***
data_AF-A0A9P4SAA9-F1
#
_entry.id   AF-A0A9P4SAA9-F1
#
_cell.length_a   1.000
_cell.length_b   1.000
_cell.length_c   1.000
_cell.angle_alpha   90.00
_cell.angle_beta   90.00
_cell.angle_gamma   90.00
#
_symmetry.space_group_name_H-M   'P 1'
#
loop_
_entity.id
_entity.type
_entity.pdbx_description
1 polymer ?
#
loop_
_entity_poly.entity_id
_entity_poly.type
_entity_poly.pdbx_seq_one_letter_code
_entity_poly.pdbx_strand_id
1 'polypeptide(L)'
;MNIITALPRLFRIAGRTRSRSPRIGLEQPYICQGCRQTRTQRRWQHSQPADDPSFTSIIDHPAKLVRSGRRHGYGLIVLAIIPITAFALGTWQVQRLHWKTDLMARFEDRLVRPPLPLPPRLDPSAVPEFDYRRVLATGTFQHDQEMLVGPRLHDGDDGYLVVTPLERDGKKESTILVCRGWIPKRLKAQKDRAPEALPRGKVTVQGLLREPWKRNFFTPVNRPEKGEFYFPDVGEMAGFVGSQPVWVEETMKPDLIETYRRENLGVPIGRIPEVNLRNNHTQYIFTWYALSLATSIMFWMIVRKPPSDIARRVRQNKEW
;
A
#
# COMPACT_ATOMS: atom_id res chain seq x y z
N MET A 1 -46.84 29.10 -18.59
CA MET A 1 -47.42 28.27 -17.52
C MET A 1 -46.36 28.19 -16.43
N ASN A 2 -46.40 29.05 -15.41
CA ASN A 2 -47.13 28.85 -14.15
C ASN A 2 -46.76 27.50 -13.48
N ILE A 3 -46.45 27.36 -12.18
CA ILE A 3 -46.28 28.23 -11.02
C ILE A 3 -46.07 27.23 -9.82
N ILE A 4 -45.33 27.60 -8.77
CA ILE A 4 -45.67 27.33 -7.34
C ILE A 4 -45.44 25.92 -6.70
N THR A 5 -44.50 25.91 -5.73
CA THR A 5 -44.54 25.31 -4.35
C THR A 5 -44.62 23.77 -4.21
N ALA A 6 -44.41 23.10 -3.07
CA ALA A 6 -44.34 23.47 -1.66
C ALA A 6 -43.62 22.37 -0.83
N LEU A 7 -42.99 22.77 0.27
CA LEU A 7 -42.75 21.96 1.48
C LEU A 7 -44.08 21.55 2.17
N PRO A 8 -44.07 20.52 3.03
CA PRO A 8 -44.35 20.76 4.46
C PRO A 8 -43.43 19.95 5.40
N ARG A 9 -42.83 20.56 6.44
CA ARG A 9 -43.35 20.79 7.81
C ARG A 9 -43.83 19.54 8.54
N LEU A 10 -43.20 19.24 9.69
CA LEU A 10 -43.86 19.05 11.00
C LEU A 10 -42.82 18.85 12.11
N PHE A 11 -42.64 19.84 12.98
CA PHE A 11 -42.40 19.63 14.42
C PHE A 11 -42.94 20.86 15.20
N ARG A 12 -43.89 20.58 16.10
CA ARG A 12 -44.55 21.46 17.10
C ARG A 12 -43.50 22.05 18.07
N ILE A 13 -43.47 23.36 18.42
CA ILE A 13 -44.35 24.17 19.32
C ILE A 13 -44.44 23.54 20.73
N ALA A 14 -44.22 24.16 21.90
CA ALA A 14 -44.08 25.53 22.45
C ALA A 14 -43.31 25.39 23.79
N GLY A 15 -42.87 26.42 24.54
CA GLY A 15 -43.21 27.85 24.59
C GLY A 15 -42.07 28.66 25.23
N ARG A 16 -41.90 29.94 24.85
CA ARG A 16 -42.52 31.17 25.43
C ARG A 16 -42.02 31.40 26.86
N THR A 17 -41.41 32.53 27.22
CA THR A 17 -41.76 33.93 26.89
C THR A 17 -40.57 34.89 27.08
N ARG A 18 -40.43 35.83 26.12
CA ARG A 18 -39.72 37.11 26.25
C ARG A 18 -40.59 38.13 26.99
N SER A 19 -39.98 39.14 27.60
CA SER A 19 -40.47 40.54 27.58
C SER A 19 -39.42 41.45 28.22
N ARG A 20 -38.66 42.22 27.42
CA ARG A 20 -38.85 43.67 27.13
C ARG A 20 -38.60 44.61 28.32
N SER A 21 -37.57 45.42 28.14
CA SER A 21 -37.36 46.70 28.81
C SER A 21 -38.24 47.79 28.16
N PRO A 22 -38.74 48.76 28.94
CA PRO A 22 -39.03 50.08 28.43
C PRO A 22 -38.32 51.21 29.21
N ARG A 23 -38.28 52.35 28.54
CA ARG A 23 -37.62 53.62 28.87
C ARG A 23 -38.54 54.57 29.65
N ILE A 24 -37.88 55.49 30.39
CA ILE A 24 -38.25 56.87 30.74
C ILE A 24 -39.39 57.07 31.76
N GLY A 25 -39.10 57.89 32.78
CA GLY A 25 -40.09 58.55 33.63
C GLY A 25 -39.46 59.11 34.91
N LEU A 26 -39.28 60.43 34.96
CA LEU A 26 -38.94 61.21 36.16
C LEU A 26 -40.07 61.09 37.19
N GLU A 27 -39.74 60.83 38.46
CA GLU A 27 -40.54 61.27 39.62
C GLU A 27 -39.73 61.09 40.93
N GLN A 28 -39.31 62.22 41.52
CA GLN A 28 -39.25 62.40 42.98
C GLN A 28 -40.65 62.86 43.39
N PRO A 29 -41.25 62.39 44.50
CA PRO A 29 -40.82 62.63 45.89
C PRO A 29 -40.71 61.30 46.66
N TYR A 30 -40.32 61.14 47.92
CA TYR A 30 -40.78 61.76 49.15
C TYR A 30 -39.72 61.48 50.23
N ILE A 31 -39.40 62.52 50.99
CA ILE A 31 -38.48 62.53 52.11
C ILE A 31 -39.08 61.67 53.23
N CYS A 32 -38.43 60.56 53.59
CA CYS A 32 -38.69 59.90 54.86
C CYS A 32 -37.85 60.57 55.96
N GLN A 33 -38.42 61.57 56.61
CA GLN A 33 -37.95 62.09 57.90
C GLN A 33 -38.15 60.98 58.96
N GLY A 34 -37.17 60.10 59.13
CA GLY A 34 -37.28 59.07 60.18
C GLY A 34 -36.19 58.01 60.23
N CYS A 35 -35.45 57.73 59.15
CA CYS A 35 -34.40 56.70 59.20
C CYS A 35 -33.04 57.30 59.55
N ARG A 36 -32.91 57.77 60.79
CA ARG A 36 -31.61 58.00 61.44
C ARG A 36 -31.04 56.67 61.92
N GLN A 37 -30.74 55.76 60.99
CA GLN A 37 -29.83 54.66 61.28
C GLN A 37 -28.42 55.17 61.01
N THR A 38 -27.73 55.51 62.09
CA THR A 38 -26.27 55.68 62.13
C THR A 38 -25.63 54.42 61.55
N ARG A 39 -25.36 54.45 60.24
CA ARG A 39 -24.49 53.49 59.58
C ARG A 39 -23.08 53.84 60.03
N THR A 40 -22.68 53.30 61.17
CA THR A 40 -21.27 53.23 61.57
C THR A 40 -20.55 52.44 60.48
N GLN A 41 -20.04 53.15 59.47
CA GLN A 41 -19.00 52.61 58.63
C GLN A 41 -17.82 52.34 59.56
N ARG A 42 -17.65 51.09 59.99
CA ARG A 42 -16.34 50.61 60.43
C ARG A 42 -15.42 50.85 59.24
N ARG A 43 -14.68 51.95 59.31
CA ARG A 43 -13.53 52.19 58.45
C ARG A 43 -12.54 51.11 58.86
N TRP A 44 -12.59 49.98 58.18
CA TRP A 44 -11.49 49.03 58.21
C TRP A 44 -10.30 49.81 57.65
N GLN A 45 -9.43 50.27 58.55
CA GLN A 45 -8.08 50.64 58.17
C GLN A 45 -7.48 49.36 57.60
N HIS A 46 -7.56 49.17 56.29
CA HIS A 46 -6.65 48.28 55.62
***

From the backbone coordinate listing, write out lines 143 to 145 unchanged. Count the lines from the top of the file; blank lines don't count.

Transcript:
CA THR A 38 -26.27 55.68 62.13
C THR A 38 -25.63 54.42 61.55
N ARG A 39 -25.36 54.45 60.24